Equity Services Department for assistance.
For Pregnancy:
Pregnant students requiring academic accommodations are encouraged to contact an Equity Advisor
in Equity Services to complete a letter of accommodation. The student must then make an
appointment to discuss her needs with the instructor at least two weeks prior to the first academic
event in which it is anticipated the accommodation will be required.
Plagiarism is the passing off of someone else's work as your own and is a serious academic offence.
For the details of what constitutes plagiarism, the potential penalties and the procedures refer to the
section on Instructional Offences in the Undergraduate Calendar.
What are the Penalties for Plagiarism?
A student found to have plagiarized an assignment may be subject to one of several penalties
including: expulsion; suspension from all studies at Carleton; suspension from full-time studies;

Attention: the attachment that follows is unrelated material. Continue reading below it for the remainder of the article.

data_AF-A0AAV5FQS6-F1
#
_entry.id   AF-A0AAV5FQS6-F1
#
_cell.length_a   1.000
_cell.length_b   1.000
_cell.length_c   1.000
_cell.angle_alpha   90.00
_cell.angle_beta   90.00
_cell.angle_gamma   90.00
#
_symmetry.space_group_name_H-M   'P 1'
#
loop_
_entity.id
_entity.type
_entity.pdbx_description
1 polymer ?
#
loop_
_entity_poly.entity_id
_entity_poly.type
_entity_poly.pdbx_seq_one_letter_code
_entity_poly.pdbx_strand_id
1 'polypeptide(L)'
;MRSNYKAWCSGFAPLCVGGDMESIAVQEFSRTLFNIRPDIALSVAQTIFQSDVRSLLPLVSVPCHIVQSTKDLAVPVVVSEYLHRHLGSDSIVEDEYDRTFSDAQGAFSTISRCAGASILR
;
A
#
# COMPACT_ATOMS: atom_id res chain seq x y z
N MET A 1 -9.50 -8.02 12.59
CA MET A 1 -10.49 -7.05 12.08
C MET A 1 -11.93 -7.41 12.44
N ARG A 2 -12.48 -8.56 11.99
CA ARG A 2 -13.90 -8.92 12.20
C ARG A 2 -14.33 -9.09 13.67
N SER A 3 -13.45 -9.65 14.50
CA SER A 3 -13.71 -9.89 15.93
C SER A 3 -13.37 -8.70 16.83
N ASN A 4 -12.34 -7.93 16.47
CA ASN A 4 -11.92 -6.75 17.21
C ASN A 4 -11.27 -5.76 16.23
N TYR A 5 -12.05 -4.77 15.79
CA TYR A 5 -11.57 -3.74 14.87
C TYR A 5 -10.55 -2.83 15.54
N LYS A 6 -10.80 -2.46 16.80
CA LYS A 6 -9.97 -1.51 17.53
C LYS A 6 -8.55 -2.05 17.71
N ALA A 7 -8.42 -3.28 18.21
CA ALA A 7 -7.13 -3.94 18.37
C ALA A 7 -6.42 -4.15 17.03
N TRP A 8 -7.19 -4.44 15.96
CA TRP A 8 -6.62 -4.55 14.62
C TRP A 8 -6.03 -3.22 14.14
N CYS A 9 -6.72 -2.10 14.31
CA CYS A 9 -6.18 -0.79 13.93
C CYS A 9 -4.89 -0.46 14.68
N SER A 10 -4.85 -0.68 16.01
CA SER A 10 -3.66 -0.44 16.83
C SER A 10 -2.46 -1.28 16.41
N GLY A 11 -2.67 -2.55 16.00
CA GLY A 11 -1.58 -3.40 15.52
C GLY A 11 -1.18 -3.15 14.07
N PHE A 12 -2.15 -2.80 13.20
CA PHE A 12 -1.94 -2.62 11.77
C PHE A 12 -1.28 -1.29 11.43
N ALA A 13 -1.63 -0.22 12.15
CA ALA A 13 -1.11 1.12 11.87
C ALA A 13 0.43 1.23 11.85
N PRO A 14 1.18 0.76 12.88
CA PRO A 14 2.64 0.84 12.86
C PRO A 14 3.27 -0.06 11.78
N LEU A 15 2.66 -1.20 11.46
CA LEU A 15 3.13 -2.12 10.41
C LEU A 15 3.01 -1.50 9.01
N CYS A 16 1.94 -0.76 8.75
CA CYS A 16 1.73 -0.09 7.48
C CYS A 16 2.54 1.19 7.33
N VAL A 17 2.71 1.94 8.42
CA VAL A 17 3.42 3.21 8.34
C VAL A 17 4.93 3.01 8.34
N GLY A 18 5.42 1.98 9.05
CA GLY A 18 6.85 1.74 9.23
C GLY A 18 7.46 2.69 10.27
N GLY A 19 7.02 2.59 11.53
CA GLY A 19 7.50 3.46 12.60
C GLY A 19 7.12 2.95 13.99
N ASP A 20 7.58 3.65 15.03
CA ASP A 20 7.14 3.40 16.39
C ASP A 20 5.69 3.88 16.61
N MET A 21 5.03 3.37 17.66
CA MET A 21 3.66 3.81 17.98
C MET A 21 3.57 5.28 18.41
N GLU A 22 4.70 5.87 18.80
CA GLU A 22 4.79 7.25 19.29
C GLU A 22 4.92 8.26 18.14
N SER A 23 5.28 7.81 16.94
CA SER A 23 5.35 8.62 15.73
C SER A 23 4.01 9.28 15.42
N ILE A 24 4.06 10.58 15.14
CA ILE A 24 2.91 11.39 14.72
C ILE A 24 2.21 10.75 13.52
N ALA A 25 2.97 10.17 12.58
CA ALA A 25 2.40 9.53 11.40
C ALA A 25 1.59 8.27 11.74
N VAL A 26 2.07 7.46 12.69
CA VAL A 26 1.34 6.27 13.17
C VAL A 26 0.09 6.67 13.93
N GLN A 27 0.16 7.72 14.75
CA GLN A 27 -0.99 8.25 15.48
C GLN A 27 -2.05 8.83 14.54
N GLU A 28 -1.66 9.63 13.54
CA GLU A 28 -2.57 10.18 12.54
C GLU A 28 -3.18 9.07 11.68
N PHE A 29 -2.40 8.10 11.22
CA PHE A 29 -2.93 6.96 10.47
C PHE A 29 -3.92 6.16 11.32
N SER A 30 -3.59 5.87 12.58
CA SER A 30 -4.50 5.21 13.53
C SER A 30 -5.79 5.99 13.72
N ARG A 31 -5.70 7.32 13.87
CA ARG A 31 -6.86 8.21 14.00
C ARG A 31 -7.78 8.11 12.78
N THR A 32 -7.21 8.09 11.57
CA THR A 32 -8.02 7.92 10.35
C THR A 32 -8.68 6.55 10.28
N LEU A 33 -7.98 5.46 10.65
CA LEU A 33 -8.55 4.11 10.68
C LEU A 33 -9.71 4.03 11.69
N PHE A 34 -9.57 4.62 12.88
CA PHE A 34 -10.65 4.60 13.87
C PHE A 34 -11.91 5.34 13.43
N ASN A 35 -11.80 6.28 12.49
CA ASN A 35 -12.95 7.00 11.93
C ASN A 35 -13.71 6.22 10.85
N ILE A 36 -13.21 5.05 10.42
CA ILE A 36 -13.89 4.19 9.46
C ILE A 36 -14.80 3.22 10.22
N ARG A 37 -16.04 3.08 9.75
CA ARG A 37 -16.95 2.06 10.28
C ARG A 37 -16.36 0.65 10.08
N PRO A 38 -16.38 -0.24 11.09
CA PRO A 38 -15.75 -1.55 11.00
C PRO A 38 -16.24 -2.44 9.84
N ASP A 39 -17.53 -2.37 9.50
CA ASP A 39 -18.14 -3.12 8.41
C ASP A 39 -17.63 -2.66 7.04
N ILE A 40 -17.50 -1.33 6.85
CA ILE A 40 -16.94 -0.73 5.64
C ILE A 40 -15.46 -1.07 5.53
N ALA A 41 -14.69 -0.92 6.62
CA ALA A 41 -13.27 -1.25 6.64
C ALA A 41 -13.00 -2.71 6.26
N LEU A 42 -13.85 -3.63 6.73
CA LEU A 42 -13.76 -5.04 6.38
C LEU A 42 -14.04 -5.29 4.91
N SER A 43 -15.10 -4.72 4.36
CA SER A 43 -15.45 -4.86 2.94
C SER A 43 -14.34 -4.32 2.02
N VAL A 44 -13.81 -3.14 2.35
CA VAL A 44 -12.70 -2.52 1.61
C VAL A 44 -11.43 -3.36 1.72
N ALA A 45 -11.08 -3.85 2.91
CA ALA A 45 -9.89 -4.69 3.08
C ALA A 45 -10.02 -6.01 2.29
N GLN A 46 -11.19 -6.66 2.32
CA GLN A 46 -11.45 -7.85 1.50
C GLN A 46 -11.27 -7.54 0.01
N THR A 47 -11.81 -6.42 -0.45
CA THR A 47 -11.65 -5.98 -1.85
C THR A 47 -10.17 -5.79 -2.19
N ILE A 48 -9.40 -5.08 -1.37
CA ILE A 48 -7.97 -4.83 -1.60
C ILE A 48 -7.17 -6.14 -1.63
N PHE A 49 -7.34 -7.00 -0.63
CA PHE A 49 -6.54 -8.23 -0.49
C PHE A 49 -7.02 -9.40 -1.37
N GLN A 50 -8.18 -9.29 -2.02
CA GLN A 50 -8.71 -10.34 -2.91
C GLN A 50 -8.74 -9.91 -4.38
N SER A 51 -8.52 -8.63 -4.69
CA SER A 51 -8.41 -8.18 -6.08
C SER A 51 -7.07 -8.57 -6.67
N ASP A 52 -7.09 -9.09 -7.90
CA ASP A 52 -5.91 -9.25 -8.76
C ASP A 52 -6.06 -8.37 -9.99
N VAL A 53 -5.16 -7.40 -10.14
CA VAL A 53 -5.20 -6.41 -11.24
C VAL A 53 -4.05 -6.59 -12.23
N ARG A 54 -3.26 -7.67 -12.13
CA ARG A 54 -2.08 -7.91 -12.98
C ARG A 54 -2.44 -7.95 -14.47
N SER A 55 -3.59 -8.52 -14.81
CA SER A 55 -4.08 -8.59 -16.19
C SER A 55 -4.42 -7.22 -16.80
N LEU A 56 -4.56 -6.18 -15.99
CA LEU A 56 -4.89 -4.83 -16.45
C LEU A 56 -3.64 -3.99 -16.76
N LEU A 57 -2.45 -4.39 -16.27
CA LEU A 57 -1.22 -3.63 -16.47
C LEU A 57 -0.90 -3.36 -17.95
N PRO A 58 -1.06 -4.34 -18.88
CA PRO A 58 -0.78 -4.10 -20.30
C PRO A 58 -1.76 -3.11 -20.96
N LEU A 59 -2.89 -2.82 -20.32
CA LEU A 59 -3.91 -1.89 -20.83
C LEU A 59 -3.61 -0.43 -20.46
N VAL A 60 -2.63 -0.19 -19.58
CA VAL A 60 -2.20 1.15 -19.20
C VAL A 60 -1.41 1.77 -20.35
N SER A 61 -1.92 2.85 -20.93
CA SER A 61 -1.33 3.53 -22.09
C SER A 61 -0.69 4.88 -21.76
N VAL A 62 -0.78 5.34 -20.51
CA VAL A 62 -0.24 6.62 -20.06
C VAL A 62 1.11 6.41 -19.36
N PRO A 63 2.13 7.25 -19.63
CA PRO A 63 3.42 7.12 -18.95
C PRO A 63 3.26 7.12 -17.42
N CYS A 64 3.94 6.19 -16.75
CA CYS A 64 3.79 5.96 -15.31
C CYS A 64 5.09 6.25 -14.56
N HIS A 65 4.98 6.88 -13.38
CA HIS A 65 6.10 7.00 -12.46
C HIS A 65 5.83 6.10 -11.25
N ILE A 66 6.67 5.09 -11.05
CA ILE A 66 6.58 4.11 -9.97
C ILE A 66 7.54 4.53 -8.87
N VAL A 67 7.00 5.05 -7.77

and/or a reprimand; a refusal of permission to continue or to register in a specific degree program;
academic probation; award of an FNS, Fail, or an ABS.
What are the Procedures?
All allegations of plagiarism are reported to the faculty of Dean of FASS and Management.
Documentation is prepared by instructors and/or departmental chairs.
The Dean writes to the student and the University Ombudsperson about the alleged plagiarism.
The Dean reviews the allegation. If it is not resolved at this level then it is referred to a tribunal
appointed by the Senate.
Plagiarism and cheating at the graduate level are viewed as being particularly serious and the
sanctions imposed are accordingly severe. Students are expected to familiarize themselves with
and follow the Carleton University Student Academic Integrity Policy (See The Policy is strictly enforced and
is binding on all students. Plagiarism and cheating – presenting another’s ideas, arguments, words or
images as your own, using unauthorized material, misrepresentation, fabricating or misrepresenting
research data, unauthorized co-operation or collaboration or completing work for another student –